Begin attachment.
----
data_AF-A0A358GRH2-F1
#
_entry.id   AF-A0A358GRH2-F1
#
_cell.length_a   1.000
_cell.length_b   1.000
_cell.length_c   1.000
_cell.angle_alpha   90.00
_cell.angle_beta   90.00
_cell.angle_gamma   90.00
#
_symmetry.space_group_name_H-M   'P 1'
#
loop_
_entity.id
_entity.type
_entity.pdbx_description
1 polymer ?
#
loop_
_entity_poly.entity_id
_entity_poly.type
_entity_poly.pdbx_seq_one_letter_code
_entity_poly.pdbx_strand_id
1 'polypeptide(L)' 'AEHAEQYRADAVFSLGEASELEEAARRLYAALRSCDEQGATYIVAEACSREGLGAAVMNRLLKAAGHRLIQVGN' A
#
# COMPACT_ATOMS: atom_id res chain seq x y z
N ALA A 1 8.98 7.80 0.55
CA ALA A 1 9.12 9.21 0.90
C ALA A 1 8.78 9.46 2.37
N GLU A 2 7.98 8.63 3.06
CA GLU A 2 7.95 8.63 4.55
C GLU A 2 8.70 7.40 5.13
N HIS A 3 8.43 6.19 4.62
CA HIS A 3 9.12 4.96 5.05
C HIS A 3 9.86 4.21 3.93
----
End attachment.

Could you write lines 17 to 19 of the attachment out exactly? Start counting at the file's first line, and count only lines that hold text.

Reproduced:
_entity.pdbx_description
1 polymer ?
#